Any time a federal judge takes a left turn during a sentencing hearing, you pay attention.
That was the case two weeks ago when U.S. District Court Judge Clay Land brought up an issue that was somewhat related to the matter at hand. Land was sentencing Sawan "Sunny" Shah, a Columbus convenience store owner, for his role in a complex identity theft ring that stole more than $24 million from the IRS through more than 4,000 fraudulent income tax returns.
So far, more than a dozen people have been sentenced to federal prison for their roles in the criminal enterprise. Shah got 21 months for one count of operating an unlicensed money transmitting business. He admitted to cashing 567 fraudulent tax refund checks worth more than $1.3 million.
Databases from Fort Benning and Columbus-based public companies TSYS and Carmike were breached as part of the scam, according to testimony. Which brings us back to Judge Land. Prosecutor Michael C. Boteler, a Washington attorney with the Department of Justice, Tax Division, brought up the fact that this region is No. 2 in the nation in identity theft.
What Boteler was referring to and Land seized on was a 2015 Federal Trade Commission report that found that Miami-Fort Lauderdale-West Palm Beach, Fla., was the top area for identity theft ahead of Columbus using then two-year-old data. In the 2013 numbers, there were 633 identity theft complaints reported. The measurement used to rank cities had the Columbus region with 340 identity thefts per 100,000 residents.
When Boteler raised the statistics in court, you could almost see Land's ears perk up. He quickly began to ask Boteler about that claim.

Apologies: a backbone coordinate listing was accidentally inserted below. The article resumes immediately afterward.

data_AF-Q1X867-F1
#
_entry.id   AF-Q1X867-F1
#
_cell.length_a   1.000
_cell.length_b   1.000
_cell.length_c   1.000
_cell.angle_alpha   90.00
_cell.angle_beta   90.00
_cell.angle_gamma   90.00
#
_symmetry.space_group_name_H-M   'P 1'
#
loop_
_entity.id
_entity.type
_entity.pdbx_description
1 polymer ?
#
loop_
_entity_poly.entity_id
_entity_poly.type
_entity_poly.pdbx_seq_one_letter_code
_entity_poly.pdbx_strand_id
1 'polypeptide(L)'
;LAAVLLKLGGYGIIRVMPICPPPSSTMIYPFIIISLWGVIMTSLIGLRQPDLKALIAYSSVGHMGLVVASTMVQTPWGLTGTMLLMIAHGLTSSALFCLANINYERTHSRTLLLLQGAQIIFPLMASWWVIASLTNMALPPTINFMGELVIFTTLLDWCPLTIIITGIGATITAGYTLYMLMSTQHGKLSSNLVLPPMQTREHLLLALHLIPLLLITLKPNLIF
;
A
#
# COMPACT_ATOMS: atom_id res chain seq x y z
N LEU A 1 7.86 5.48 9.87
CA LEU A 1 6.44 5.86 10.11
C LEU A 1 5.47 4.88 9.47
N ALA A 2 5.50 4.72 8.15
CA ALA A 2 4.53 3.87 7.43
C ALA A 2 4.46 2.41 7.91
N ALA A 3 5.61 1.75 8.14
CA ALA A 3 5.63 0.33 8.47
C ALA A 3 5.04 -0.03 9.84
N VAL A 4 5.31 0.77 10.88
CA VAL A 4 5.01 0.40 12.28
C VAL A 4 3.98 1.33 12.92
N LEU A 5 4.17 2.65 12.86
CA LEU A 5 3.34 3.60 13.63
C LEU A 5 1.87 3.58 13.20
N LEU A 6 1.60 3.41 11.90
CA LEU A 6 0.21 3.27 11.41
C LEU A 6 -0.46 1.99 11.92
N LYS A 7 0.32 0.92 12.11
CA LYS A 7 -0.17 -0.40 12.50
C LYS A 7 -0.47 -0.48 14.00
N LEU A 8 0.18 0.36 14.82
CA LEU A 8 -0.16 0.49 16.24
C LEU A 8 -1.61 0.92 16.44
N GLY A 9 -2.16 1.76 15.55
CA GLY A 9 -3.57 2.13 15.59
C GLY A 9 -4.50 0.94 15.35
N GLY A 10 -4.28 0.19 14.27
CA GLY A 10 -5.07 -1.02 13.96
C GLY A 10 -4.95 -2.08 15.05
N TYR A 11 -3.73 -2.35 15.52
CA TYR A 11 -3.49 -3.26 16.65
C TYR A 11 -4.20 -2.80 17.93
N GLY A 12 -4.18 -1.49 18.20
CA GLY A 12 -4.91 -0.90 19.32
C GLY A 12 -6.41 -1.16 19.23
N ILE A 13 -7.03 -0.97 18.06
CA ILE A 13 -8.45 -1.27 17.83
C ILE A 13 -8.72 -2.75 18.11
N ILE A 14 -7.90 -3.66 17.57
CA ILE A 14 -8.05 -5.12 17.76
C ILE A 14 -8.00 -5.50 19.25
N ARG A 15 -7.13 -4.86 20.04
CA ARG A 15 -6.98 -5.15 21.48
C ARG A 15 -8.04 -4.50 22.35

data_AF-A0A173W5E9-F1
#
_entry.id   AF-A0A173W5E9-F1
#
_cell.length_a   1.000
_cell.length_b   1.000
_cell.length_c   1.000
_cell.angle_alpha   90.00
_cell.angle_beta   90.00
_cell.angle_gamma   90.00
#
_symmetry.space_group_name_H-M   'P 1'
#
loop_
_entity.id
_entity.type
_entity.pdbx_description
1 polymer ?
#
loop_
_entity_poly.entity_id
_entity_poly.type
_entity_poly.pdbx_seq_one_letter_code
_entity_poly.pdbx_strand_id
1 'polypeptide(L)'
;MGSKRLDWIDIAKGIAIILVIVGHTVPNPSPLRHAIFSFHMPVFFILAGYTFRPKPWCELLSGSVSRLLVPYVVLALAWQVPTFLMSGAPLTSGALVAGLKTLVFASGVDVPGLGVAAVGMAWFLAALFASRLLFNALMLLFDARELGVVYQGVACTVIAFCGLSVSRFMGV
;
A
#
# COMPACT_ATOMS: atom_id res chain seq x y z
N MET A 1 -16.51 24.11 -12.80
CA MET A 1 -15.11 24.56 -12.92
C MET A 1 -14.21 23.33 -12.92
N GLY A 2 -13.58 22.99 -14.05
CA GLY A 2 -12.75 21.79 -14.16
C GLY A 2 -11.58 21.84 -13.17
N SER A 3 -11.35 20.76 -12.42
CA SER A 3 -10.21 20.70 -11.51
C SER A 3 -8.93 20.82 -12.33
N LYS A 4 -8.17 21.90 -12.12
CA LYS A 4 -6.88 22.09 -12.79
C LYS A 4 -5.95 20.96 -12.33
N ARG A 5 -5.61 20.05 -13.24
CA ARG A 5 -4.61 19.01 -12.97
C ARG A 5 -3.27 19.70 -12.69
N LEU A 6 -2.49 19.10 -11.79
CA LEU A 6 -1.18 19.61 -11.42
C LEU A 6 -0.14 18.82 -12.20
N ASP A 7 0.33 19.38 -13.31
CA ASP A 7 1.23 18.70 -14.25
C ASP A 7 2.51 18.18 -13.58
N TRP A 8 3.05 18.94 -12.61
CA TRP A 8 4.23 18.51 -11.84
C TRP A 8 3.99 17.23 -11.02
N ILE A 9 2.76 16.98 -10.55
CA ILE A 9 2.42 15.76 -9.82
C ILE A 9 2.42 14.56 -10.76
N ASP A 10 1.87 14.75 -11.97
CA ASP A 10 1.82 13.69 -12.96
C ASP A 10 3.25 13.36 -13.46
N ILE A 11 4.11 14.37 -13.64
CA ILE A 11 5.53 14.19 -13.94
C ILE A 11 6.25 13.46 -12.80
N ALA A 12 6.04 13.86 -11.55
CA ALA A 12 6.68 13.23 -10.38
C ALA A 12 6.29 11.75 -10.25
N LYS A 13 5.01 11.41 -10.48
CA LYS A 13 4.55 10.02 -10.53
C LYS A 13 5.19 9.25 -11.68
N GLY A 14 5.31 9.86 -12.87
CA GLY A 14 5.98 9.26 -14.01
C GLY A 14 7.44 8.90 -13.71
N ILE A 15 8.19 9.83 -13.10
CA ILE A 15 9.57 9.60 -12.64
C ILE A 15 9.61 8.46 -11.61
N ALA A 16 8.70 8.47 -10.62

"You would think my docket would be loaded up with these cases if we were No. 2 in identity theft," Land said to Boteler. "I have only seen a handful of these. Why so few?"
Good question, your honor. In the cases involving Shah and those who conspired to steal identities and federal funds, most of them, with Shah being the notable exception, have been tried in federal court in Alabama.
One point Boteler made was the government had additional cases in the works. The judge did not press him on that matter, but Land wasn't finished. "Our fair city is No. 2 on a list that it would not like to be on, and I don't see much prosecution," Land said.
The judge had made his point and moved on to the matter at hand, sentencing Shah. Last week, a 37-year-old Columbus woman pleaded guilty in Land's court to wire fraud and identity theft for filing $924,123 in false tax returns with the Internal Revenue Service. Michelle Simmons worked with a Florida woman to file the returns using stolen identities. This appears unrelated to the scheme in which Shah was involved.
So the cases are starting to come, but it will be interesting to see what, if anything, comes of Land's observation.
Chuck illiams, senior reporter, at email@example.com.